Schmallenberg Virus Spreads

The first cases of Schmallenberg virus have been confirmed on the Isle of Wight, in West Berkshire and in Gloucestershire.

The disease which causes birth defects and miscarriages in livestock.

The latest data from the Animal Health and Veterinary Laboratories Agency puts the total number of UK holdings affected at 74.

Cases have also been confirmed in Norfolk, Suffolk, Essex, Kent, East and West Sussex, Hertfordshire, Surrey, Hampshire, Wiltshire and Cornwall.

The tally of UK farms to have returned positive tests has increased by 16 since Thursday. On the Continent, more than 1,000 sites have suffered the virus.

The UK's chief veterinary officer, Nigel Gibbens, told the BBC: "With a vector-borne disease like this, there really is very little you can do and time will tell whether it will need a vaccine.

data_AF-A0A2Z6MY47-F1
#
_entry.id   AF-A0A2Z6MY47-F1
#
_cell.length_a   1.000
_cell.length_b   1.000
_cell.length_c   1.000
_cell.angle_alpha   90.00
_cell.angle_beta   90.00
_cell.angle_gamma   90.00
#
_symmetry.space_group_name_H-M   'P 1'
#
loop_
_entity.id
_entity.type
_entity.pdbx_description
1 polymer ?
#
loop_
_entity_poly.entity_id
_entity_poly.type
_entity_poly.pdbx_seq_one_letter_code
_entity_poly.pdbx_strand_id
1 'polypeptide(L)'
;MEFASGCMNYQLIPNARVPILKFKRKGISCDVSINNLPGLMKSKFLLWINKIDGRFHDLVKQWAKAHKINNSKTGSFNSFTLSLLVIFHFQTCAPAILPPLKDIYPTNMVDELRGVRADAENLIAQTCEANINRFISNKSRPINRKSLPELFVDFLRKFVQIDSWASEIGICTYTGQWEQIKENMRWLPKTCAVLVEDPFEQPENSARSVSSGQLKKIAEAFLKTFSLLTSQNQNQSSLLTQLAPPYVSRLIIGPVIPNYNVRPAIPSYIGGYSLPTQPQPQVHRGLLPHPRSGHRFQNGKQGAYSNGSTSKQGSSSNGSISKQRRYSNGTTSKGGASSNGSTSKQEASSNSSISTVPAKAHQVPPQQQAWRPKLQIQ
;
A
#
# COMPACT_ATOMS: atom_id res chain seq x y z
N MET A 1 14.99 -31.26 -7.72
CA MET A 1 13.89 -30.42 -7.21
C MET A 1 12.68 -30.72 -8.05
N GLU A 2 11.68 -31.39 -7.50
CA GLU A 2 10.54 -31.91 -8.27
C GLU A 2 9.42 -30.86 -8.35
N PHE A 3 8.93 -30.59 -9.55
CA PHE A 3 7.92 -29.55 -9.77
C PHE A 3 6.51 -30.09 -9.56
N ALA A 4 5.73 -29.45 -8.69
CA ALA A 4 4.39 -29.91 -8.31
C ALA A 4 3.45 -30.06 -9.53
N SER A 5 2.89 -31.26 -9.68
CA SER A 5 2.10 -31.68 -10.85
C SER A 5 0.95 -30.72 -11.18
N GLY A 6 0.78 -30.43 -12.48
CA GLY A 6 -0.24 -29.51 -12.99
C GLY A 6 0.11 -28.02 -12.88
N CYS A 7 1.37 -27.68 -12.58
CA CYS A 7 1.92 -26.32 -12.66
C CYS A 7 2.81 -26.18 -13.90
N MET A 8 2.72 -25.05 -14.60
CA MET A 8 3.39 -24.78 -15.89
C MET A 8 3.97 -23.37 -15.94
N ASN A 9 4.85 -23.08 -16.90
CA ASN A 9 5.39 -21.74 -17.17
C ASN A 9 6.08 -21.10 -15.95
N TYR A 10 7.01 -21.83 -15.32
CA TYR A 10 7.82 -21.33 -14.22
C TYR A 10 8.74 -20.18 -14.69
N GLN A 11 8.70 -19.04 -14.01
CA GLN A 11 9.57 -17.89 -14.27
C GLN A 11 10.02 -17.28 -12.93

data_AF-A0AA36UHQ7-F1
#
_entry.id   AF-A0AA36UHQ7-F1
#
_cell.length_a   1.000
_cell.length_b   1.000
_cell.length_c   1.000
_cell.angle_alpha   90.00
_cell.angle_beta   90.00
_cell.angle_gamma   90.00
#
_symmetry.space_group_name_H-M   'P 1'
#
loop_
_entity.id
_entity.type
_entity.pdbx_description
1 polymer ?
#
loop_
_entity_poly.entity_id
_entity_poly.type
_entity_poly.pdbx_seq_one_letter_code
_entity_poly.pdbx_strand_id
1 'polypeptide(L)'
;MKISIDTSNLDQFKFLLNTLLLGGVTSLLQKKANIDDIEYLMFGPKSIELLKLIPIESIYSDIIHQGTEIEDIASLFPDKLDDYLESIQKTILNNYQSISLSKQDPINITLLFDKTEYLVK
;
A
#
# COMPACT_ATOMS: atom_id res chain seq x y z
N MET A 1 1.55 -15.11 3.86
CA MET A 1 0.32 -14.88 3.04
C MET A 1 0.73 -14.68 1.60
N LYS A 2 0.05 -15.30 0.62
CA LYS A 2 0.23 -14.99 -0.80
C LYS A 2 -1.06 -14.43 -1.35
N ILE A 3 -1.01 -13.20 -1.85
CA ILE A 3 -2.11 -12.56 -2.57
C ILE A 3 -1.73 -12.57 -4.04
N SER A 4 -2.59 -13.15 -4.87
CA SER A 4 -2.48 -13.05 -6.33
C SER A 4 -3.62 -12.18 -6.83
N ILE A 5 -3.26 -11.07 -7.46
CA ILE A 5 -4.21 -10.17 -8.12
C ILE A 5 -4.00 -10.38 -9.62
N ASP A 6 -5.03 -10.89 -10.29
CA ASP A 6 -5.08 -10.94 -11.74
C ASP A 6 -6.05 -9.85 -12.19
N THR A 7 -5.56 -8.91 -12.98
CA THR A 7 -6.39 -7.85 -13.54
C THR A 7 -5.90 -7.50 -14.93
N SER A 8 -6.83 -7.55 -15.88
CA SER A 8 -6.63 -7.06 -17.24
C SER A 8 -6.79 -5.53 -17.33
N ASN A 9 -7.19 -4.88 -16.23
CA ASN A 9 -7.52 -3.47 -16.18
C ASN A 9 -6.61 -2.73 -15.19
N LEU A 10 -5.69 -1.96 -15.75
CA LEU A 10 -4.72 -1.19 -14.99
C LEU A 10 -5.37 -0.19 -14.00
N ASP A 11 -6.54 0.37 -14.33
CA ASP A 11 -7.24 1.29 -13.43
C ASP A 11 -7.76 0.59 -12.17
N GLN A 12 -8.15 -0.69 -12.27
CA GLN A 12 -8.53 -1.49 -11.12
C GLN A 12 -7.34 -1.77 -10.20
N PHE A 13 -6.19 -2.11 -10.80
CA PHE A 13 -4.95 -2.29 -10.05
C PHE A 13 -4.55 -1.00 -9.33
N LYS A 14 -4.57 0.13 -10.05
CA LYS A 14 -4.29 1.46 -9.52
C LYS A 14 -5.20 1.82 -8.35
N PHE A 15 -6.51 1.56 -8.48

"We know that vaccine manufacturers are showing an interest but it takes them time - quite often two years or so - to develop a vaccine.

"The European Centre for Disease Control, who looks at this across Europe, and our own health protection agency looked at this very early on, and, given the knowledge the experts have of this group of viruses, they seem to affect only animals.

"We can't, of course, rule that out but we think the likelihood is very low. It's always, with a new virus difficult to talk about 'never', but all the indications are that human health won't be affected."

The majority of GB cases have been diagnosed in sheep, with 69 to date. Five cases have been confirmed in cattle.


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